China finally dispatches rescuers to Philippines after aid criticism


China was Wednesday sending an emergency response crew to the Philippines nearly two weeks after Typhoon Haiyan wreaked devastation, following criticism over meager assistance from the world’s second-largest economy.

Foreign Ministry spokesman Hong Lei said that the first batch of Chinese Red Cross relief workers were to depart for the Philippines on Wednesday, and an additional team will be dispatched “within the next few days.”

The Philippines and international aid agencies are now largely focused on getting food, water, medicines and other badly needed supplies to hundreds of thousands of survivors.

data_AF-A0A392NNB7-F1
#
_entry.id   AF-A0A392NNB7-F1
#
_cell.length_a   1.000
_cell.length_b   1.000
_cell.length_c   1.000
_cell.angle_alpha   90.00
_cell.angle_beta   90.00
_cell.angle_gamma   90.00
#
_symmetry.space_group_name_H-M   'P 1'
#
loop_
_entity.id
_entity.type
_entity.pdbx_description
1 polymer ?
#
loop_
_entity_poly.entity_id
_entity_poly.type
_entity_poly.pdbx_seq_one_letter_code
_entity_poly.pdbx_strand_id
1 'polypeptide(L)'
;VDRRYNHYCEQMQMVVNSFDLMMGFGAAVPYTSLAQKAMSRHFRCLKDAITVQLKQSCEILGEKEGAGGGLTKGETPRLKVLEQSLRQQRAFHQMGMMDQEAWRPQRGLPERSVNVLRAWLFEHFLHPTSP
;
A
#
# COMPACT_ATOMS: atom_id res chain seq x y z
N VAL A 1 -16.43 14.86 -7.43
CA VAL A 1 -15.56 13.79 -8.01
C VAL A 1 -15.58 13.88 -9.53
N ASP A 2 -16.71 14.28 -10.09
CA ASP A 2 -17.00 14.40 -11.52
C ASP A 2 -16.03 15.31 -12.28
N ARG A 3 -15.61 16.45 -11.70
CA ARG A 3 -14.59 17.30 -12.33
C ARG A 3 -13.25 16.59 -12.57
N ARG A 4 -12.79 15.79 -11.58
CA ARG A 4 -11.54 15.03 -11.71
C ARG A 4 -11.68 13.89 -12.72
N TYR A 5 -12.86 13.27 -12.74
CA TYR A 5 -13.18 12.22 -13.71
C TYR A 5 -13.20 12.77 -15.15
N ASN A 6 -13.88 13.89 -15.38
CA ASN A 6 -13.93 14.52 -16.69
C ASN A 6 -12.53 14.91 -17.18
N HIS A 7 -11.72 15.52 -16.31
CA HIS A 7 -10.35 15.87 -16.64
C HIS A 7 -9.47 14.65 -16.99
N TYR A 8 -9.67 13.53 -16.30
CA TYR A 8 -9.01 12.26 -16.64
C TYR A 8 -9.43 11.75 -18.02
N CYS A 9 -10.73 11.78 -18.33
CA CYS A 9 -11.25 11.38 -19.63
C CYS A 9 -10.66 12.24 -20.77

China’s response comes after a torrent of criticism of the meager assistance initially offered by Beijing, which is embroiled in a territorial row with Manila.

The Chinese government, which disputes sovereignty over parts of the South China Sea with the Philippines, at first contributed just $100,000 in disaster aid in the wake of Haiyan, but last Thursday added an additional $1.6 million in supplies such as tents and blankets.

China’s contribution falls far short of Japan’s $30 million — and even the $2.7 million in relief aid Swedish furniture group Ikea gave the U.N. children’s agency, UNICEF.

The move provoked widespread criticism overseas, but many Chinese Internet users, some of whom are intensely nationalistic, questioned whether Beijing should give any aid at all.